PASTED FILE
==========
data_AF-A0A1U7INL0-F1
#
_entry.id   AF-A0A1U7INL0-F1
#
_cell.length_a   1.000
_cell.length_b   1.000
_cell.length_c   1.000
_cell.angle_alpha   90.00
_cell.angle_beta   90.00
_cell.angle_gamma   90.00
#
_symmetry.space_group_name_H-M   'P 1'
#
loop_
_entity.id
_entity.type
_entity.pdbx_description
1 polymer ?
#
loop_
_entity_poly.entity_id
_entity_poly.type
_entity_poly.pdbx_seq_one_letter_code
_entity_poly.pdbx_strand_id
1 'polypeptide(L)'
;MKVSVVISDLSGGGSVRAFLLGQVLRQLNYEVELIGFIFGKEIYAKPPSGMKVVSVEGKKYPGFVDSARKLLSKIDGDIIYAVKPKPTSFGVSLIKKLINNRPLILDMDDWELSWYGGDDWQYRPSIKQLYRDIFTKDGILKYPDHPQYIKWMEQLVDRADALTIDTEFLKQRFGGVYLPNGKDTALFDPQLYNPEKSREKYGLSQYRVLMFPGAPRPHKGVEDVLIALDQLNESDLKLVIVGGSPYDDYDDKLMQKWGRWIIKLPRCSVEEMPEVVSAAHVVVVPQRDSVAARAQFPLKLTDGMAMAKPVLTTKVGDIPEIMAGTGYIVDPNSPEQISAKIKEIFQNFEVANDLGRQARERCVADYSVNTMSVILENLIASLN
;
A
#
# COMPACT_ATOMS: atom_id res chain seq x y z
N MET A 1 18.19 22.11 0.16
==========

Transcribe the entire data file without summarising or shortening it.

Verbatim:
data_AF-A0A1U7INL0-F1
#
_entry.id   AF-A0A1U7INL0-F1
#
_cell.length_a   1.000
_cell.length_b   1.000
_cell.length_c   1.000
_cell.angle_alpha   90.00
_cell.angle_beta   90.00
_cell.angle_gamma   90.00
#
_symmetry.space_group_name_H-M   'P 1'
#
loop_
_entity.id
_entity.type
_entity.pdbx_description
1 polymer ?
#
loop_
_entity_poly.entity_id
_entity_poly.type
_entity_poly.pdbx_seq_one_letter_code
_entity_poly.pdbx_strand_id
1 'polypeptide(L)'
;MKVSVVISDLSGGGSVRAFLLGQVLRQLNYEVELIGFIFGKEIYAKPPSGMKVVSVEGKKYPGFVDSARKLLSKIDGDIIYAVKPKPTSFGVSLIKKLINNRPLILDMDDWELSWYGGDDWQYRPSIKQLYRDIFTKDGILKYPDHPQYIKWMEQLVDRADALTIDTEFLKQRFGGVYLPNGKDTALFDPQLYNPEKSREKYGLSQYRVLMFPGAPRPHKGVEDVLIALDQLNESDLKLVIVGGSPYDDYDDKLMQKWGRWIIKLPRCSVEEMPEVVSAAHVVVVPQRDSVAARAQFPLKLTDGMAMAKPVLTTKVGDIPEIMAGTGYIVDPNSPEQISAKIKEIFQNFEVANDLGRQARERCVADYSVNTMSVILENLIASLN
;
A
#
# COMPACT_ATOMS: atom_id res chain seq x y z
N MET A 1 18.19 22.11 0.16